Gold! Gold! Gold from the American River, was the famous announcement that a man by the name of Sam Brannan yelled up and down the streets of San Francisco while holding a vial of proof of its existence (Cherny, Lemke-Santangelo & Griswold del Castillo, 2014). Gold had been found previously in California, but it wasn’t until after Sam Brannan’s announcement did the rush for gold start to spark the possibility of being able to attain personal gain from these findings. As the news of a bountiful of gold drifting down California’s river’s spread across nation’s, it brought great changes to California.
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The Gold Rush started a movement to California, increasing population, expanding diversity, changing the economy and environmentally changed California’s landscape.
Gold was first discovered in California in 1842 by a Mexican man by the name of Francisco Lopez. Francisco Lopez was checking out a herd of cattle and hunting with two other men in the San Francisquito Canyon. When the men took a break near the river to have something to eat, Francisco Lopez decided to take a nap under a tree. As the story has been passed down through the years, it is told that as Francisco Lopez napped, he dreamt of drifting freely across a river made of pure liquefied gold. Once Francisco Lopez awoke from his fantasy of gold, he started to dig at some wild onions he had found close by. As he dug, he spotted a fragment of gold glistening in the light. Francisco Lopez couldn’t believe his dream had become a reality. He truly had found gold (The First Gold Rush, 1994). With Francisco Lopez’s discovery, hundreds of fortune seekers traveled to what is now known as the San Francisquito Canyon to try their luck in mining their own gold. Francisco Lopez’s discovery did not yet start what is now known as the Gold Rush, but it was the beginning of what was to come. Within a year, one-hundred and twenty-five pounds of gold was taken from the San Fransciquito Canyon area. The Oak of the Golden Dream, is the same tree that still stands till this day where Francisco Lopez took his most famous nap and dreamt of gold (Sabbatini, 1994).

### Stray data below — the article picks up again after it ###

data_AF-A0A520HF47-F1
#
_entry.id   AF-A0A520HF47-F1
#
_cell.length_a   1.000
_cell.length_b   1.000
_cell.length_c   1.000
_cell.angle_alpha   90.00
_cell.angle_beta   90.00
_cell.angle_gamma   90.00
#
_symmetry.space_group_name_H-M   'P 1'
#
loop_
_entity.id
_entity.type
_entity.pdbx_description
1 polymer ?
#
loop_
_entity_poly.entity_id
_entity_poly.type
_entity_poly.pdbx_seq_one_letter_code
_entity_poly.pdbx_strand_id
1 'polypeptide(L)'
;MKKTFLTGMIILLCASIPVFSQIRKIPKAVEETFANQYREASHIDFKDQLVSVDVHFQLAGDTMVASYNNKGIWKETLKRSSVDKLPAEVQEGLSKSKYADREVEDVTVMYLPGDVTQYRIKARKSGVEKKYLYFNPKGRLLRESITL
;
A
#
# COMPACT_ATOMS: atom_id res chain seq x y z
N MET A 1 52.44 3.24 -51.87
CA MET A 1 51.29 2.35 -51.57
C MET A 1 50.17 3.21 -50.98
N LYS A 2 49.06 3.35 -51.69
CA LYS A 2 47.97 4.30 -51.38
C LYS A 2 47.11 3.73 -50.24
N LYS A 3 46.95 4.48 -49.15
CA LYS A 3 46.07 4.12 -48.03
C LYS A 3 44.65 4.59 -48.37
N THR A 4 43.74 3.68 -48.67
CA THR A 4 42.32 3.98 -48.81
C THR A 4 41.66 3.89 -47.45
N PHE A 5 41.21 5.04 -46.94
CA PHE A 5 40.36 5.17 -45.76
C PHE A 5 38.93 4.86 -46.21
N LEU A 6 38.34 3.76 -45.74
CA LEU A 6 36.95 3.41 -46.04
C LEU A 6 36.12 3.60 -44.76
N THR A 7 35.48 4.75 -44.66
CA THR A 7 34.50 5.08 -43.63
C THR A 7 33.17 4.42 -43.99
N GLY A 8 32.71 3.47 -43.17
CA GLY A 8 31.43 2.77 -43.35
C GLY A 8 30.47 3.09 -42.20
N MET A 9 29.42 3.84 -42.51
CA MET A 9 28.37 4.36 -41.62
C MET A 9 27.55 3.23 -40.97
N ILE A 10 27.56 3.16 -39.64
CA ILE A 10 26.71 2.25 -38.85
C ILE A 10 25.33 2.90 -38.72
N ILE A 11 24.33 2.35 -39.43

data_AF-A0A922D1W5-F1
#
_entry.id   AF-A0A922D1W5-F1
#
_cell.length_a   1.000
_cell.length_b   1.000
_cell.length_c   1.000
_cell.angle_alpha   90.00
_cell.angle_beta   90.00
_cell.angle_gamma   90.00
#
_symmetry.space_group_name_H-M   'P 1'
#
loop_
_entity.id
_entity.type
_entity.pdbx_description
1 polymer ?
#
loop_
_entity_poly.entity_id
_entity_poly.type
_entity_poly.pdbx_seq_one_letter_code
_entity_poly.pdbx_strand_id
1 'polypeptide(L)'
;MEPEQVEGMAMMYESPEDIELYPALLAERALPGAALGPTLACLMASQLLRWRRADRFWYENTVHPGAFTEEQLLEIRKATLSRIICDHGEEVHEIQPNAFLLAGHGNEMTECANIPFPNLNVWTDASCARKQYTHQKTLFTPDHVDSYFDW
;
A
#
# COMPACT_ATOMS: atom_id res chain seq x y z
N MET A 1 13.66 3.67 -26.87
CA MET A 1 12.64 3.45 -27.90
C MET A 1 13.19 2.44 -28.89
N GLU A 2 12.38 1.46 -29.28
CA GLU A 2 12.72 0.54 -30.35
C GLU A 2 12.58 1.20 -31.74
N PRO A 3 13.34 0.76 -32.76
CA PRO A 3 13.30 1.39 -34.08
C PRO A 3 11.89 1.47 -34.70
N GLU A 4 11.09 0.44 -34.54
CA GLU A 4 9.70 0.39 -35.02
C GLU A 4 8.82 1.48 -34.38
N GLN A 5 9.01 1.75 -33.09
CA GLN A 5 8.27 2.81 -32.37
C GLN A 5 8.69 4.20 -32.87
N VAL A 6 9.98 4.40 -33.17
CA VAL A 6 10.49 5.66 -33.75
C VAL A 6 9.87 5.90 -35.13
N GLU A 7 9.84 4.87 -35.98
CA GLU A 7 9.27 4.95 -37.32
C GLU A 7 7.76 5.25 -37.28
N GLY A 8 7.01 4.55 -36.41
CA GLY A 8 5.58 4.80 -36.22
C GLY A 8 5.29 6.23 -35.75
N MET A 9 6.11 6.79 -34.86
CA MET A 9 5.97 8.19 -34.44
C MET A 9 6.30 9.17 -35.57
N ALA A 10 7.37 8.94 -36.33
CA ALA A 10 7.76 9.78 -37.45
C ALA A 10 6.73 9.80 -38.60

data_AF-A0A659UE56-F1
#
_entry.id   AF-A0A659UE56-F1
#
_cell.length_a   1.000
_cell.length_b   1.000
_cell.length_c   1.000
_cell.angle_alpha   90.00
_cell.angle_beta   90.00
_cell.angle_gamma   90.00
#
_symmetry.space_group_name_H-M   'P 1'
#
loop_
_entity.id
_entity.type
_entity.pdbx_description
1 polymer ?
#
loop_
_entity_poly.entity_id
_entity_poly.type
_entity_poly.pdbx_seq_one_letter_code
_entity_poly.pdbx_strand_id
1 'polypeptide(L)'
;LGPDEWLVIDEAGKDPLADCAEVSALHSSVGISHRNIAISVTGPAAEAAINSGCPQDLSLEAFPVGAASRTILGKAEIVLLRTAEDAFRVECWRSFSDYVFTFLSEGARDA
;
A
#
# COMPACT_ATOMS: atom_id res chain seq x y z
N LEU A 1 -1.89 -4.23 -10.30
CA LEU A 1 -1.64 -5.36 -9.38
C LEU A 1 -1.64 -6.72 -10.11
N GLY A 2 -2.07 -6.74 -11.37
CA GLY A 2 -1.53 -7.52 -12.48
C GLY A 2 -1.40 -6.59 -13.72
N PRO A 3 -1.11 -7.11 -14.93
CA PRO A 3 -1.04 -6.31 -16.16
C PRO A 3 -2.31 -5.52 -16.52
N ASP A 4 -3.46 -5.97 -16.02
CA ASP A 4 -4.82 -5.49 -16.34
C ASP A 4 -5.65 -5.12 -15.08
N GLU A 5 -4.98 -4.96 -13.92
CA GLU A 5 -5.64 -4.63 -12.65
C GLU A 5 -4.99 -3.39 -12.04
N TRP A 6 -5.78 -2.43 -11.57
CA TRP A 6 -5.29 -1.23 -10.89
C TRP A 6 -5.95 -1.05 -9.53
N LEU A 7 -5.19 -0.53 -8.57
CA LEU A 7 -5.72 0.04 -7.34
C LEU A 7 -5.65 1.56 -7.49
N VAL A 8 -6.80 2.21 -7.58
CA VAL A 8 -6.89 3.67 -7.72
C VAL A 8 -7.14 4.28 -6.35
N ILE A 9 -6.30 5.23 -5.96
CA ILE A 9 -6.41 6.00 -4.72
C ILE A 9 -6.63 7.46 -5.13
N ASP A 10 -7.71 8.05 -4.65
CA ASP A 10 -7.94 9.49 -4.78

Years later gold was discovered at a different location in Northern California on January 24, 1848. James Wilson Marshall was working for John Sutter in Coloma along with fifty other men from the Mormon Battalion, including a group of Indian workers. The men were in the process of building a ditch near the American River to bring water to Sutter’s Mill when James W. Marshall from his own words explains my eye was caught with the glimpse of something shining in the ditch as he discovered the flakes of gold (Marshall,
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